Shoulder Stretching Intervention Reduces the Incidence of Shoulder and Elbow Injuries in High School Baseball Players

The authors prospectively evaluated the effects of a prevention program on the incidence of shoulder and elbow injuries in high school baseball pitchers.

Ninety-two pitchers participated in this study and were taught to perform stretching and strength exercises aimed at improving shoulder external rotation strength in the preseason. The pitchers freely chose to participate in one of four groups [SM-group: performed both exercises, S-group: performed stretching exercise only, M-group: performed strength training only, and N-group: performed neither intervention].

Injury was defined as inability to play for ≥8 days because of shoulder/elbow symptoms. Kaplan-Meier survival curves were generated and hazard ratios (HRs) for injury occurrence were calculated using multivariate Cox regression. Log-rank test was used for between-group comparisons of survival distributions. The injuries occurred in 25, 35, and 57% of participants and median times to injury were 89, 92, and 29.5 days in the S- (n = 32), SM- (n = 46), and N- (n = 14) group, respectively. Nobody chose M-group. HRs were 0.36 and 0.47 for the S- and SM-group, respectively, based on the N-group. The incidence of injury was significantly lower in the S-group than in the N-group (p = 0.04).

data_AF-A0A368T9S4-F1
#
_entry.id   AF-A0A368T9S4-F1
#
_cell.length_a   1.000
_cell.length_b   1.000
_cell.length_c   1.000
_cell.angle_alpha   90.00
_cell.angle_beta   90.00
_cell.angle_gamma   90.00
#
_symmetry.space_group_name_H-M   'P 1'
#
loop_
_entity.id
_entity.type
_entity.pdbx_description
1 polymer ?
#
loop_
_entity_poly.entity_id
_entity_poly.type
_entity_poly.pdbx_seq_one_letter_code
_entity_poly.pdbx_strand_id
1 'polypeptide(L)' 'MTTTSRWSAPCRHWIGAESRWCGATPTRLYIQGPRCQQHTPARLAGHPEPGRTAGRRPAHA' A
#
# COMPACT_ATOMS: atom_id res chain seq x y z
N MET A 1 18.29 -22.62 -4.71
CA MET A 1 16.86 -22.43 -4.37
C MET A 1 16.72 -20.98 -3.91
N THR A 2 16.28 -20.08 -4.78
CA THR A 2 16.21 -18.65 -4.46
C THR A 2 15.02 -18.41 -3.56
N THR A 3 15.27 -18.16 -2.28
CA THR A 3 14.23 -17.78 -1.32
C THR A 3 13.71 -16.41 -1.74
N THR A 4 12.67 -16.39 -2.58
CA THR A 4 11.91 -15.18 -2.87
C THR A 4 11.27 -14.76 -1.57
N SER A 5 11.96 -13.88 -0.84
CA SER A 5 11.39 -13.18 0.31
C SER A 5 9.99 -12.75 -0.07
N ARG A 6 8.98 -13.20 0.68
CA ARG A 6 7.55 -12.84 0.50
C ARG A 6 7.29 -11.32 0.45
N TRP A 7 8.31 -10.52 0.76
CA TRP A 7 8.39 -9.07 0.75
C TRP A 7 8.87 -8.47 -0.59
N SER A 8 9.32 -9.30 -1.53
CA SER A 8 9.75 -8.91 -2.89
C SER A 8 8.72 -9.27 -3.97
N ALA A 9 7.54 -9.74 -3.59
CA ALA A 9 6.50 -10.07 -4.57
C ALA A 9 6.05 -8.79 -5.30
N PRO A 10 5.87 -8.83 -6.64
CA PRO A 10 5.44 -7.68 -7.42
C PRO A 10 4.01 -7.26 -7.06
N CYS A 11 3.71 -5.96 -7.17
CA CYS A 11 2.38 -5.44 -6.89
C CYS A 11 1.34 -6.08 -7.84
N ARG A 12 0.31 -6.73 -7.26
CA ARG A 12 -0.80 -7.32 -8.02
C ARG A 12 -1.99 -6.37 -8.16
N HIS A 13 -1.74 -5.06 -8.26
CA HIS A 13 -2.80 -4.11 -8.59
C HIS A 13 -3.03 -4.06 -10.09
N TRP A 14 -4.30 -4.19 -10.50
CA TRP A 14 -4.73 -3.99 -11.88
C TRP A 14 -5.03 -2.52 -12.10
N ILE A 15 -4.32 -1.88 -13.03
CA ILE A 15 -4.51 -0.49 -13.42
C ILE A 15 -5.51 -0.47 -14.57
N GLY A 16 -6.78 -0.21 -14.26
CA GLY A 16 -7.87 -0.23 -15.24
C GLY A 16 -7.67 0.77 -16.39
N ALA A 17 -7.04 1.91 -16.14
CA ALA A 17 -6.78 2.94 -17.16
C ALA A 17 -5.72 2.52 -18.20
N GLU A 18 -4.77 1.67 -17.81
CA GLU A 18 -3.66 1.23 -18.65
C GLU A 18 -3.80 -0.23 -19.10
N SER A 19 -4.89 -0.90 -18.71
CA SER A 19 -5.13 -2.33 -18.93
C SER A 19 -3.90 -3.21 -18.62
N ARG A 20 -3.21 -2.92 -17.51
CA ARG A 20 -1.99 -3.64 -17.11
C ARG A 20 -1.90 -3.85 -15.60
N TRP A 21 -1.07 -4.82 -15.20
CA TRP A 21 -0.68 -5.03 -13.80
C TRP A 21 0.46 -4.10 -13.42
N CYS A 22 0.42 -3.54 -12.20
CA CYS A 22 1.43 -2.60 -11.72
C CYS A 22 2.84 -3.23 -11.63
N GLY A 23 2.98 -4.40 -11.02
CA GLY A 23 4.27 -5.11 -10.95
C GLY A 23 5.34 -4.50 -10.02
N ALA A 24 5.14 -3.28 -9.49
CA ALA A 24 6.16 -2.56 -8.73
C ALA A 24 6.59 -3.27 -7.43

Daily posterior shoulder stretching may reduce the incidence of the injuries in high school baseball pitchers.

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